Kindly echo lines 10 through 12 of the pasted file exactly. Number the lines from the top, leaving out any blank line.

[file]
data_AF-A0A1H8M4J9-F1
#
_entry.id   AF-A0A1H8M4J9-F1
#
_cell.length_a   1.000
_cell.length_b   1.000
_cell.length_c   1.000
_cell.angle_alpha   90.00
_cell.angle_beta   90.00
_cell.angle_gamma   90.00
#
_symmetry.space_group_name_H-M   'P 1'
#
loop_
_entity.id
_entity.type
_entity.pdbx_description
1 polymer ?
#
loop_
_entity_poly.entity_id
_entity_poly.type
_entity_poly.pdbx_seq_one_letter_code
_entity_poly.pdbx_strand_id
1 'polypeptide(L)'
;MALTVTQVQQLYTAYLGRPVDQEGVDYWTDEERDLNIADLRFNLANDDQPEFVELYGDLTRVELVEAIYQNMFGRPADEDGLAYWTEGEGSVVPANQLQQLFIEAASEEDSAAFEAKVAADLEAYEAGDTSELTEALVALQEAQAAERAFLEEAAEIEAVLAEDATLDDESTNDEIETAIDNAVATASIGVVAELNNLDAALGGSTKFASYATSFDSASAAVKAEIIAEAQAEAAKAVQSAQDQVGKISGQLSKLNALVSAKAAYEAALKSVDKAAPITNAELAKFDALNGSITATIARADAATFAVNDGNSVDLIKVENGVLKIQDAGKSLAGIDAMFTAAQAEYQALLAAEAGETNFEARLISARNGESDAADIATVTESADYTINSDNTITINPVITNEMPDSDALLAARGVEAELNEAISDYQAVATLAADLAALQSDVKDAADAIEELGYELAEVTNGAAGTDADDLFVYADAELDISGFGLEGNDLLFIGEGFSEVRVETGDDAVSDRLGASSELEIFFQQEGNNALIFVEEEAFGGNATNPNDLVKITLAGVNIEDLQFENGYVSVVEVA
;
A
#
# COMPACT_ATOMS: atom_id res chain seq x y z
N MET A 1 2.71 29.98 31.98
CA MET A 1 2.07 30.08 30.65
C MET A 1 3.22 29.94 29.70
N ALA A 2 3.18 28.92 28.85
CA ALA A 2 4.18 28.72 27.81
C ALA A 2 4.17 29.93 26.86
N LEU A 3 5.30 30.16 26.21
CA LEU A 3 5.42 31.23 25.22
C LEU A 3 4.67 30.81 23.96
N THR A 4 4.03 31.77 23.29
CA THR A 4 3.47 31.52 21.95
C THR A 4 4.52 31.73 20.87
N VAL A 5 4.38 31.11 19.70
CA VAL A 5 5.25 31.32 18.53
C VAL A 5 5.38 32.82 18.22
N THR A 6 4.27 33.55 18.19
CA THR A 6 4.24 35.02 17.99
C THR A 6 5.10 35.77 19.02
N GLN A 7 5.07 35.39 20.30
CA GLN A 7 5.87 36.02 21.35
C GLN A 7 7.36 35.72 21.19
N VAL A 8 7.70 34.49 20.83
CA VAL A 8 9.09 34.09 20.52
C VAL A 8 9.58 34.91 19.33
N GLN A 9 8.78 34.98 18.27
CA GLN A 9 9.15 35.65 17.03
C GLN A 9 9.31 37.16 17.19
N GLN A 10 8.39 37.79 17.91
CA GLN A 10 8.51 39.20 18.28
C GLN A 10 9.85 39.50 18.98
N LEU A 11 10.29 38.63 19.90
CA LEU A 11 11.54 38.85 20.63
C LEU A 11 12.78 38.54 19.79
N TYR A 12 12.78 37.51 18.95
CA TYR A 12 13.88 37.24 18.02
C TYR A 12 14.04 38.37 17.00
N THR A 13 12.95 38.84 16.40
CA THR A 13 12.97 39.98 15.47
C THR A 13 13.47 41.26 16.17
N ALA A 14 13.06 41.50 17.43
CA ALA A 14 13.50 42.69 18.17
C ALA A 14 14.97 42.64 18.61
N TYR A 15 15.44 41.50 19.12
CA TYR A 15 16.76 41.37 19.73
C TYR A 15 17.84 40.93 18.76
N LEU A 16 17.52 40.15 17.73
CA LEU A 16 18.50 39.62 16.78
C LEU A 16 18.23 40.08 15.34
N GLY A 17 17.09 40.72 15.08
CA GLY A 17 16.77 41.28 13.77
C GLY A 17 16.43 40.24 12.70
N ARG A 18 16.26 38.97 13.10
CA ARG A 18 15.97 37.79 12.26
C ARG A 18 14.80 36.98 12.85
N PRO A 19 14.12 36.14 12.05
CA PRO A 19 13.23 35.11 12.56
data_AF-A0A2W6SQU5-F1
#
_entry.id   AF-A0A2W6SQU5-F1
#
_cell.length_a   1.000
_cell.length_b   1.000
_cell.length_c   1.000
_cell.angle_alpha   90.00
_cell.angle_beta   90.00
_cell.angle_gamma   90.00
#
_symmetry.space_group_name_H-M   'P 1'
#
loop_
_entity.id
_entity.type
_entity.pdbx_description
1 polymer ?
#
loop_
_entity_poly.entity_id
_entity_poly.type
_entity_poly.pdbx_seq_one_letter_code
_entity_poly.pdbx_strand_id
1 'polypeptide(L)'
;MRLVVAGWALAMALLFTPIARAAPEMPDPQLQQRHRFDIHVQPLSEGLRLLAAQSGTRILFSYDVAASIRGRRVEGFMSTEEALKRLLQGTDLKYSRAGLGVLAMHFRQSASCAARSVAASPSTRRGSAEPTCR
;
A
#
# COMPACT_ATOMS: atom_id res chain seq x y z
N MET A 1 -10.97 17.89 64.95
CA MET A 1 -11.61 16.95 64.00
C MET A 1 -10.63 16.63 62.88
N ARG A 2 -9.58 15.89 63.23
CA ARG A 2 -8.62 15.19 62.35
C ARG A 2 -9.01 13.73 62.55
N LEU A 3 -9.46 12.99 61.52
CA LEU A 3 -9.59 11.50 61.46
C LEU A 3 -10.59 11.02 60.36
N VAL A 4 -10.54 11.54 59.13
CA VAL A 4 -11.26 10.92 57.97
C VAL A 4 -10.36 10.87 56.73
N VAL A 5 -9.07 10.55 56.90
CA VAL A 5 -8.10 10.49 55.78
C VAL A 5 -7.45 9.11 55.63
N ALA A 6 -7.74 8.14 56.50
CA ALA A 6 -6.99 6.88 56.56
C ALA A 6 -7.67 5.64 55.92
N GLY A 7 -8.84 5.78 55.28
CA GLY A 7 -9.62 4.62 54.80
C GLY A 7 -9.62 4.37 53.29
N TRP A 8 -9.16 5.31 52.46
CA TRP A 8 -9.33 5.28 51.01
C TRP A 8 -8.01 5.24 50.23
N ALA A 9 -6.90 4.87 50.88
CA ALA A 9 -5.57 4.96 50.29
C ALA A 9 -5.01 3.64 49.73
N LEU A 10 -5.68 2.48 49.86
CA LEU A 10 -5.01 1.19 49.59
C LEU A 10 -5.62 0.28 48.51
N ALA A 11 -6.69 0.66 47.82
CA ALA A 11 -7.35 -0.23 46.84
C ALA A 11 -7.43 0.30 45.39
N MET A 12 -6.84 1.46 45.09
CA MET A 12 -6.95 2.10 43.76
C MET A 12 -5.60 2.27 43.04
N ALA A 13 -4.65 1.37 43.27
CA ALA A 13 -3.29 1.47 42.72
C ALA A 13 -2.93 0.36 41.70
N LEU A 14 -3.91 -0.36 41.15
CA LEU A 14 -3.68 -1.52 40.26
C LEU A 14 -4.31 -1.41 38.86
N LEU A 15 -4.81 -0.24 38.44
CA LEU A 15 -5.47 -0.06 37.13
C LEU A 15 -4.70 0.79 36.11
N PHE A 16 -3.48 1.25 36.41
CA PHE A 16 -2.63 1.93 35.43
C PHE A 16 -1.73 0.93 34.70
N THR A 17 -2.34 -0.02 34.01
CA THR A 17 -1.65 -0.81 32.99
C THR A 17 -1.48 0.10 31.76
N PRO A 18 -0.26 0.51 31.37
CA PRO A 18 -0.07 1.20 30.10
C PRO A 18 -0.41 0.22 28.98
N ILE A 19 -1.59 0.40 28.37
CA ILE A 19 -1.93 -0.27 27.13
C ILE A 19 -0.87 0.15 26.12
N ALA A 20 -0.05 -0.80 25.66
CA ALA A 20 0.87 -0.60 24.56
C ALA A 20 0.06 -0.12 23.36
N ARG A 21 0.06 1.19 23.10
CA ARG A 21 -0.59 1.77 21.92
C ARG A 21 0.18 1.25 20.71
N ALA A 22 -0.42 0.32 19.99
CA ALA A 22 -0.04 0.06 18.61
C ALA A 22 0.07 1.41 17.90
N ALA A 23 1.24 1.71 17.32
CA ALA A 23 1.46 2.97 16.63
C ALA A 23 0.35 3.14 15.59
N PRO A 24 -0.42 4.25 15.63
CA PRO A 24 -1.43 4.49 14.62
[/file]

_cell.angle_gamma   90.00
#
_symmetry.space_group_name_H-M   'P 1'